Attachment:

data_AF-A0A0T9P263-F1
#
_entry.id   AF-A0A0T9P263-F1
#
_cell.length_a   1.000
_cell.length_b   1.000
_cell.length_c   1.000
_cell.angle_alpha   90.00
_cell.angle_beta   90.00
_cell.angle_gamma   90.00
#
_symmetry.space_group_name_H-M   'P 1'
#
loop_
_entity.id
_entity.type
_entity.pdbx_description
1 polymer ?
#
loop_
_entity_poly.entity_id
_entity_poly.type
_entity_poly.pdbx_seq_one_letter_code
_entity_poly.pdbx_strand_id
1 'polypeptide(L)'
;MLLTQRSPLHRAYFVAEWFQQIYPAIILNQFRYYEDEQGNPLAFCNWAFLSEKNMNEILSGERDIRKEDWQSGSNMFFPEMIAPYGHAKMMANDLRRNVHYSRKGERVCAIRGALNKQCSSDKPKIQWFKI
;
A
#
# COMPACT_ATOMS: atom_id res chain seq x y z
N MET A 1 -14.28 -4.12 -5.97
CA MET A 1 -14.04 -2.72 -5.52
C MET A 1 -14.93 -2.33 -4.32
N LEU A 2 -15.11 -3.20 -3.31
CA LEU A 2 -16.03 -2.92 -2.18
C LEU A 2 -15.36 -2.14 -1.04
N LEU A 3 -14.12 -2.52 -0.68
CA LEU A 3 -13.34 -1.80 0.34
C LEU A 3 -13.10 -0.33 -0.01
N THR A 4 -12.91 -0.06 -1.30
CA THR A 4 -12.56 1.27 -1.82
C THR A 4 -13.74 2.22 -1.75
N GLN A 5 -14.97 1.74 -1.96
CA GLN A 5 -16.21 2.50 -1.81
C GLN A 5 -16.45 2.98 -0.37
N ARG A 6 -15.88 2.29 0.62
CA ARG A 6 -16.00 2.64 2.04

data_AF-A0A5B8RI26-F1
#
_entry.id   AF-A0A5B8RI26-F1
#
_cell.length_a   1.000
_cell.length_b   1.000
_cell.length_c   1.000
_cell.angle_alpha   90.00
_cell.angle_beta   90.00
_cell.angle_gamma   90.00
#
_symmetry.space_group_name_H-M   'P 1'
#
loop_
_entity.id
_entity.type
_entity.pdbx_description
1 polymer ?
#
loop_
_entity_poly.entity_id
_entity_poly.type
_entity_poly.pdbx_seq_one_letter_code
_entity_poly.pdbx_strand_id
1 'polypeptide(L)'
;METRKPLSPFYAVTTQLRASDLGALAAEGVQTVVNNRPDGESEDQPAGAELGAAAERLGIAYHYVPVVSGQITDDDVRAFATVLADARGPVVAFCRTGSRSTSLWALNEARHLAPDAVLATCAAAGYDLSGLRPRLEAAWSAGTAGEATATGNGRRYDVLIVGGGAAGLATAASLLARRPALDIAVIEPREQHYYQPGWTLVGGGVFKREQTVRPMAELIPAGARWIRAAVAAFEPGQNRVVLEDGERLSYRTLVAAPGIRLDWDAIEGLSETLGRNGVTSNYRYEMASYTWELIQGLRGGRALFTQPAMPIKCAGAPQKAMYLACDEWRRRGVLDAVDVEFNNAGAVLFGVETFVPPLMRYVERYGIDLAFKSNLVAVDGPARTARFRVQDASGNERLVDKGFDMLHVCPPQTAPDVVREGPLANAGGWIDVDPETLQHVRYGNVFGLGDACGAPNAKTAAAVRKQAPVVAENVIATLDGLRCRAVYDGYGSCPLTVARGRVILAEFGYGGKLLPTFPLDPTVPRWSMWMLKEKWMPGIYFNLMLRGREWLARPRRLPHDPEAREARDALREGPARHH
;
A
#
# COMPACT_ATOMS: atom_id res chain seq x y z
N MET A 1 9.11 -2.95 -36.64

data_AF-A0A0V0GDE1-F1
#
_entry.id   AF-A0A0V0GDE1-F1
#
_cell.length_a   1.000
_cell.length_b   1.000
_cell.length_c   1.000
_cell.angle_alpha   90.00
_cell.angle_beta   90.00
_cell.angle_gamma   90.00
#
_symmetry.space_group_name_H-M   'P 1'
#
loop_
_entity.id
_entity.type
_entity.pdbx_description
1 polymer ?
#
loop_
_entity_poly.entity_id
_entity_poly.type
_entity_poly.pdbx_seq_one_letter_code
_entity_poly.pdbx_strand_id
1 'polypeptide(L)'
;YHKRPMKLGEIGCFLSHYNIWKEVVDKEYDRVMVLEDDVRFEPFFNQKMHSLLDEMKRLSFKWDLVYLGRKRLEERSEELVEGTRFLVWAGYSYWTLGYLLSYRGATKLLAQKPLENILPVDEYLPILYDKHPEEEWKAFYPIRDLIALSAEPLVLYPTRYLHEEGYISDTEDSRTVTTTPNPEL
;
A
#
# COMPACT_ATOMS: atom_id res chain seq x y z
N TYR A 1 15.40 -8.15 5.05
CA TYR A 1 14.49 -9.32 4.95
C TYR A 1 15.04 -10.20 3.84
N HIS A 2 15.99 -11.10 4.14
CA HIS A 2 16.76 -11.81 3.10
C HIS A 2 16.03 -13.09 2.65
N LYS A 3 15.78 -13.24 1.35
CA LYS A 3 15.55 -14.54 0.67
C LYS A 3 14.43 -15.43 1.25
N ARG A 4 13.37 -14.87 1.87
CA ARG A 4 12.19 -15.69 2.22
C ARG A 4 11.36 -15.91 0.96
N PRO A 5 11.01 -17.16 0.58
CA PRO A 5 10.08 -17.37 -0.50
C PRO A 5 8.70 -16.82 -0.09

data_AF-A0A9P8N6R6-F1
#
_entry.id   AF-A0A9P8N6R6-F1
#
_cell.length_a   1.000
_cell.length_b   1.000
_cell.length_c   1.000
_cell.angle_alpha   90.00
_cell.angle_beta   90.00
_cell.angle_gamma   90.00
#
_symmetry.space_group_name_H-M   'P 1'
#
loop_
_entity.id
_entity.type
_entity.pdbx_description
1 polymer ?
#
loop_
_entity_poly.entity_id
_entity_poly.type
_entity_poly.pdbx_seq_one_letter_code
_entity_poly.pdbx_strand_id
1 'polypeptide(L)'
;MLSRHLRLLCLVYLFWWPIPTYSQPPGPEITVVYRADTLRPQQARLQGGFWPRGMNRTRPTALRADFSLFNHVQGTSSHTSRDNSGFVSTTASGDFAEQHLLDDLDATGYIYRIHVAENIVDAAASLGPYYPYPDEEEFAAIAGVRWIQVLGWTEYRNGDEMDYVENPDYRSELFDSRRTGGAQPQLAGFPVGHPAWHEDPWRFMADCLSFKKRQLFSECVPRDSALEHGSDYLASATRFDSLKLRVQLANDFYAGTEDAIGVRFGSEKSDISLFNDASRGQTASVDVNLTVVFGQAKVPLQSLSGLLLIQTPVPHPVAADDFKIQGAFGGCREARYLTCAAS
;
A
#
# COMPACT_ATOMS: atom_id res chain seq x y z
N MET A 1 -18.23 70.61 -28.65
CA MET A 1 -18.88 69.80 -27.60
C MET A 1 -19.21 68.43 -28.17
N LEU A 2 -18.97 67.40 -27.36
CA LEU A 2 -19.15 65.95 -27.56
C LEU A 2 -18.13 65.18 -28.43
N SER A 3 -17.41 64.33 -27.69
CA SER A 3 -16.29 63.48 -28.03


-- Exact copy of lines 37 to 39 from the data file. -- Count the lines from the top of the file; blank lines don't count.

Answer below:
N LEU A 3 -14.12 -2.52 -0.68
CA LEU A 3 -13.34 -1.80 0.34
C LEU A 3 -13.10 -0.33 -0.01